Llandovery is a pretty, peaceful market town. Walkers Friendly and Cycling Friendly, it is a gateway to many routes, and has several cycle-friendly cafes and pubs and some nice independent shops. There's a Craft Centre, a small market on Friday mornings, a regular livestock market and an annual Sheep Festival in September.
In the 18th century drovers brought sheep and cattle here - 30,000 animals passed through every year on their way to livestock markets in Hereford, the Midlands and Smithfield market in London. The King’s Head building is where the Black Ox Bank first opened in 1799, so drovers could make promises rather than hand over gold sovereigns. Further back in time, the castle was built by the Normans from local sandstone. Over the centuries it saw much fighting - now only fragments of two towers and some walling remain, but the short climb is worthwhile for beautiful views.
EAT AND DRINK
Penygawse Tea Rooms
The Old Printing Office
The White Hall
Black Lion Antiques & Collectables
British Red Cross (its a good one!)
Davies and Co.
Llandovery Antiques Centre
Llandeilo is a vibrant little town, with a wealth of independent shops selling quality clothes, furnishings, antiques and crafts. It's also home to the National Trust owned Dinefwr Park, a house with beautiful parkland and a great castle. Llandeilo is a lively place - there are annual book and music festivals, and the Festival of Lights brightens up November.
There and some great cafes, bars, pubs and several delis stocking locally-produced products. Award-winning cheeses include Caws Cenarth, Teifi Cheese and goats’ cheese from Cothi Valley goats, with some very tempting names like Caws Bacchus and Welsh Haloumi. Look out also for their yoghurt and yoghurt drinks. There’s a country market every Friday morning in the Civic Hall, near the main car park.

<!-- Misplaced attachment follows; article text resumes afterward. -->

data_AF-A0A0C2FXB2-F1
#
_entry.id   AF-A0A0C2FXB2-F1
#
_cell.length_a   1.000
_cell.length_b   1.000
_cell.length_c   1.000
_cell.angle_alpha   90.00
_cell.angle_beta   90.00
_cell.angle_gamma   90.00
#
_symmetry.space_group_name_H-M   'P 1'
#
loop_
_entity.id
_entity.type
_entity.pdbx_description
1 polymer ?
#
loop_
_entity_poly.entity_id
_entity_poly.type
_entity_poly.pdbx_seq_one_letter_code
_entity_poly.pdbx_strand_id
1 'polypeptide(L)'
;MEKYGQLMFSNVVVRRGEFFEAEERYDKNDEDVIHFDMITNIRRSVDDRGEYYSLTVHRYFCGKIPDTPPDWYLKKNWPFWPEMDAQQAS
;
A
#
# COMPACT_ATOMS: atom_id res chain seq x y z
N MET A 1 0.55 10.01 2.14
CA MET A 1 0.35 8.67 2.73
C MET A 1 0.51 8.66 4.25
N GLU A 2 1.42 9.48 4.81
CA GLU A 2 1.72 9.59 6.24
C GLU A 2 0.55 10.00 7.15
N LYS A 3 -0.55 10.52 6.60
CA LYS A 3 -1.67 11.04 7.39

http://www.visitllandeilo.co.uk has a good overview - here are our favourites:
EAT AND DRINK
The Works Antique and Garden centre
Dewi Roberts, Family Butchers
Carmarthen is about 45 minutes drive, with a castle, a gallery, a museum and a good mix of shops, both independent and chains. It's a busy, yet relaxed market town with lots of cafes and pubs - try the Warren for coffee or lunch, and Florentinos is a good Italian restaurant.
Take the back road to Carmarthen for Wright's Food Emporium - a destination for food lovers. And on the way back on the A40 there's Y Sied - Lisa Fearne's dynamic cookery school, with great workshops for adults and kid, and local produce to buy.
The Red Lion does good home cooked food and great curries. Check out The Last Gallery, with art displays and a stylish upholstery workshop.
Myddfai is a few miles down the road from Nantseren - it's a pretty, sleepy little village with a community-run visitor centre with gift shop, selling local crafts and Myddfai Trading Company products. There's also a cafe there, which serves delicious homemade cakes. The Physicians of Myddfai were herbalists and healers for hundreds of years, and are connected to the Lady of the Lake myth.
On the way to Brecon (again, its a 45 min drive), stop for coffee or lunch at the laid-back International Welsh Rarebit Centre in Defynnog. In the overgrown churchyard nearby is the Defynnog yew, said to be 5000 years old!
Brecon is a bustling market town, with plenty of interesting shops, cafes, pubs, regular food and craft markets, galleries and a couple of museums. There's also a theatre and a small independent cinema, and the annual Jazz Festival in August. Brecon Cathedral is beautiful, its regarded as one of Wales' finest buildings - and has a lovely cafe. The Hours is our favourite place for coffee, with a combination of delicious local food and beautifully displayed books.
Hire a boat in Brecon and spend a leisurely day on the Monmouthshire and Brecon Canal. Perfect for a special birthday - we took a picnic and some bubbly!